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Case History

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Image not available. A 56-year-old man presented with dysuria and during the investigation had a full blood count that was abnormal. The dysuria settled spontaneously. He was otherwise well with no symptoms and no weight loss, lethargy or sweats. He had no previous medical history of note. He was on no drugs. He had two brothers who were both well and a sister who was diagnosed with chronic lymphocytic leukaemia (CLL) at the age of 52 years. Clinical examination was entirely normal with, specifically, no palpable lymph nodes, liver or spleen. At presentation his white cell count was 14.3 × 109/l, neutrophils 2.4 × 109/l, lymphocytes 8 × 109/l, haemoglobin 15.1 g/dl and platelets 339 × 109/l.

What is the most likely cause of his lymphocytosis?

What investigations would you perform?

Could there be a link between his disease and his sister's CLL?

How would you manage his case?

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Background

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Image not available. The differential diagnosis for this patient’s lymphocytosis lies between a reactive process, which seems unlikely as he is obviously well, or a chronic lymphoproliferative disorder, such as CLL.1 A blood film was examined which revealed a large number of small, mature lymphocytes and frequent smear cells but was otherwise normal. Immunophenotyping performed by flow cytometry on his peripheral blood revealed that the majority of his lymphocytes were monoclonal with the following immunophenotype: CD19+, CD5+, CD23+, CD20weak, CD38+, surface immunoglobulin κweak. Therefore a diagnosis of CLL was established and he has early stage disease (Binet’s stage A; Table 19.1).2 The main differential diagnosis is another chronic lymphoproliferative disorder, such as mantle cell lymphoma or marginal zone lymphoma.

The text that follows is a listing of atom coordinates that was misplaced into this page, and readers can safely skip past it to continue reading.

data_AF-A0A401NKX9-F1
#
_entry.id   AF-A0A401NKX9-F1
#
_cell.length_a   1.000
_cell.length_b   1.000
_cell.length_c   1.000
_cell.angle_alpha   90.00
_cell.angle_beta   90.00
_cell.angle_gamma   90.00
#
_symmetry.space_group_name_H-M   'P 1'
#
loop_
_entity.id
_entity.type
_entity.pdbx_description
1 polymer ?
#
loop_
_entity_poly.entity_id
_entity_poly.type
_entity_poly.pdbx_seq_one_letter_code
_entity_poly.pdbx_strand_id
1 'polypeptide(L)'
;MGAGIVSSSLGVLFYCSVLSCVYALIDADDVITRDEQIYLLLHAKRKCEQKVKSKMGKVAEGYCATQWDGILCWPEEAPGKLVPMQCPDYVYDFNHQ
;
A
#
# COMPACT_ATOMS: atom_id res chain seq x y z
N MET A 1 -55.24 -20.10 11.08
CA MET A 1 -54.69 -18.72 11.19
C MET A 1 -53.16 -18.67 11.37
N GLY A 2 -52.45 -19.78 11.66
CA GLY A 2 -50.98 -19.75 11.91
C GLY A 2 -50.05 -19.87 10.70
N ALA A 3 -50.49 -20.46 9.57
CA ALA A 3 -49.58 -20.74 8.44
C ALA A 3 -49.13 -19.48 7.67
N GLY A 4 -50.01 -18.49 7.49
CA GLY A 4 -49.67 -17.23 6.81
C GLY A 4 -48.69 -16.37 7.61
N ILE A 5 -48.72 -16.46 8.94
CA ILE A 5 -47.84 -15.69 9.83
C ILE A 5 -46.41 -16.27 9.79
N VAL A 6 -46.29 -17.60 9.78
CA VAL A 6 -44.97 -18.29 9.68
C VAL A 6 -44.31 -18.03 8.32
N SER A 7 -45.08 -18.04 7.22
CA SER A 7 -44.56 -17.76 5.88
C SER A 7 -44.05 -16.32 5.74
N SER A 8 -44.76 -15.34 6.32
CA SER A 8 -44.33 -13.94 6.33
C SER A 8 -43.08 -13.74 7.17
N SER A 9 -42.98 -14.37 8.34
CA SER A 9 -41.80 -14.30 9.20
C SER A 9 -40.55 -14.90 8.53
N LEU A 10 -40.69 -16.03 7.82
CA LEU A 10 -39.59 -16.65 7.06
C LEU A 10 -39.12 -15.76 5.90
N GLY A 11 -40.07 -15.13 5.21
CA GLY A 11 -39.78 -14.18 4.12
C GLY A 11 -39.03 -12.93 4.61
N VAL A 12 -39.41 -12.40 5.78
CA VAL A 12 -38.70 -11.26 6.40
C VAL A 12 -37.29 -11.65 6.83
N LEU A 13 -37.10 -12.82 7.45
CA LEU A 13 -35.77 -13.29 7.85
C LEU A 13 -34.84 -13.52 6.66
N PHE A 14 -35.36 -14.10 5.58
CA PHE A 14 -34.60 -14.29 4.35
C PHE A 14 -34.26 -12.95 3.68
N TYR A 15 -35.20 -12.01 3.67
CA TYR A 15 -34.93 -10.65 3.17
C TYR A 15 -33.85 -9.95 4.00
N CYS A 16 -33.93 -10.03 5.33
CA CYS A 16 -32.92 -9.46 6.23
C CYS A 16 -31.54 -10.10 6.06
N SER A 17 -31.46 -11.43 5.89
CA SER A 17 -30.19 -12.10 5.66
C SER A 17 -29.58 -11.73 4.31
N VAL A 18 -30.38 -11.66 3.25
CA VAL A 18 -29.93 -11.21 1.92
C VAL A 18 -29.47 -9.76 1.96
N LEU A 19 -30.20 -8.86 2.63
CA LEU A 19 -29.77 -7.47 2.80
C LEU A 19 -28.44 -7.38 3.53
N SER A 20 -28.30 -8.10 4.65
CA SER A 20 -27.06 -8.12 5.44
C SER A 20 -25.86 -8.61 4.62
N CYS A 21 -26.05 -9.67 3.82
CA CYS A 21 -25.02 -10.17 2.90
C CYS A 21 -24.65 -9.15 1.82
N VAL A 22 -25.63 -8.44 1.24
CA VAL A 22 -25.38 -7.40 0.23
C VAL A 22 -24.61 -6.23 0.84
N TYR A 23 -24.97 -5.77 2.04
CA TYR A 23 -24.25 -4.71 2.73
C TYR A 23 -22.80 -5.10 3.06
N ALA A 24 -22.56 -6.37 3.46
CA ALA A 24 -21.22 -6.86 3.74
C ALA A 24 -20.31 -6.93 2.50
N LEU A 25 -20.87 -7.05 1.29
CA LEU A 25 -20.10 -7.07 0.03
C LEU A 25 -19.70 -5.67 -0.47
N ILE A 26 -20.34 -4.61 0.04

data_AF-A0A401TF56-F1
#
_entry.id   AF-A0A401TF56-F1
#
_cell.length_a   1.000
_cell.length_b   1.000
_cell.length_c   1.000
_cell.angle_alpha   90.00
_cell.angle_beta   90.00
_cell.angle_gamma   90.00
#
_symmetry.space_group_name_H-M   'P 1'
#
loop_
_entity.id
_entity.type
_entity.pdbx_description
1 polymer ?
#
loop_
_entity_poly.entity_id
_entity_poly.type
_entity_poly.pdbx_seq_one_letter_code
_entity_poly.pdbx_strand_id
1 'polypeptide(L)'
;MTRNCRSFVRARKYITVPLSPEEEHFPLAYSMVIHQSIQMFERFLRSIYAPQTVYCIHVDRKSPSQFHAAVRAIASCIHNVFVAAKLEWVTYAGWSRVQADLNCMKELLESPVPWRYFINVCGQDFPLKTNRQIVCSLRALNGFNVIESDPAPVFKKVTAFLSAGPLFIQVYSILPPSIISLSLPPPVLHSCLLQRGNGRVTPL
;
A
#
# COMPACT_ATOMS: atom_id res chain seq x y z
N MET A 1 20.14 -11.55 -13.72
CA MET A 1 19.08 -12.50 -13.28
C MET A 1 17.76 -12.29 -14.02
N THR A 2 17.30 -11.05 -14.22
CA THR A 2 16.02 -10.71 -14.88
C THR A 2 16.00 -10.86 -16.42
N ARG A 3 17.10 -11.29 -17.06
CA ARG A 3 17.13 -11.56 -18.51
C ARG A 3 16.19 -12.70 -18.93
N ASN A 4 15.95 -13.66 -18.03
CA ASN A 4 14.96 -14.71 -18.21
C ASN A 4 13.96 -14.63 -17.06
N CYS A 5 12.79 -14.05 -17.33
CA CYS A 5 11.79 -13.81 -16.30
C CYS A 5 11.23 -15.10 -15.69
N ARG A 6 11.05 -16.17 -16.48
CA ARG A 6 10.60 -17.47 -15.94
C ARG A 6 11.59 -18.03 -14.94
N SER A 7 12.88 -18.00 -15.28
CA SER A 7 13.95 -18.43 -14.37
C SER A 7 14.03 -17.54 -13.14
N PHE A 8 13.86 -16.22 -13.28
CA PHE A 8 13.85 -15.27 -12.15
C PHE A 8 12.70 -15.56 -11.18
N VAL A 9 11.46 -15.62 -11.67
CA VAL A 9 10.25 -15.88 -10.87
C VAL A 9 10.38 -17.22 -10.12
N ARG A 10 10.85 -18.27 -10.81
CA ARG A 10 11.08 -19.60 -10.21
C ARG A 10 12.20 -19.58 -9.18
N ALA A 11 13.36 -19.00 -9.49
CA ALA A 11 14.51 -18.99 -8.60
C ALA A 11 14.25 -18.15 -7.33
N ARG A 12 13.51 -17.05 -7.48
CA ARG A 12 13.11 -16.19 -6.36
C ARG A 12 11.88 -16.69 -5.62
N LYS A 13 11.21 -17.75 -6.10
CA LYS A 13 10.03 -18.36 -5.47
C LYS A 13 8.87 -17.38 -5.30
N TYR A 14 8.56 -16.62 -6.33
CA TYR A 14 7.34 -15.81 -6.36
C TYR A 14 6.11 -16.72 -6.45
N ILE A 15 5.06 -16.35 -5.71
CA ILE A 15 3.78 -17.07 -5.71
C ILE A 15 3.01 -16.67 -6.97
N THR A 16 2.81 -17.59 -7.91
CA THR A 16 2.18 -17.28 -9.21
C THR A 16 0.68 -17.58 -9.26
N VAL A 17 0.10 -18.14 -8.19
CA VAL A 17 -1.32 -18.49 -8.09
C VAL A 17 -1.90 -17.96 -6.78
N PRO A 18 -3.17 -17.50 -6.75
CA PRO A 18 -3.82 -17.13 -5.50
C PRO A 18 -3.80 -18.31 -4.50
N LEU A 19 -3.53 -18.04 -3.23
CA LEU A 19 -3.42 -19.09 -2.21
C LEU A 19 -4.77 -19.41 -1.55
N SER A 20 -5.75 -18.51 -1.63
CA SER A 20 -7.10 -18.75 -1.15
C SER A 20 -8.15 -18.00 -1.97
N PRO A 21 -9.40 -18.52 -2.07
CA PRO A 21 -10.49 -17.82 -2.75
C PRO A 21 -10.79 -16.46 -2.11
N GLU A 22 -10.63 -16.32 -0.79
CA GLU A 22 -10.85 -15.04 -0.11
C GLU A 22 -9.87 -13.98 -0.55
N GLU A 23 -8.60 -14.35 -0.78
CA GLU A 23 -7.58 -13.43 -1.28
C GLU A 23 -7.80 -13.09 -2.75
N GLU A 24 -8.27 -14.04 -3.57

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Table Graphic Jump Location
Table 19.1***Binet staging system
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In CLL there is a familial risk, with approximately 3% of patients having a first-degree family member with CLL and a small number of families with several members suffering from CLL. In fact even in apparently ‘normal’ members (those with no clinical or blood-count evidence of CLL) of families with CLL there is a very high incidence of ‘subclinical’ CLL indicating a clear increase in risk.3 Familial CLL is not directly inherited and it appears that individuals probably inherit a predisposition to develop CLL, although no specific gene has been identified to date. Several genes have been implicated as ...

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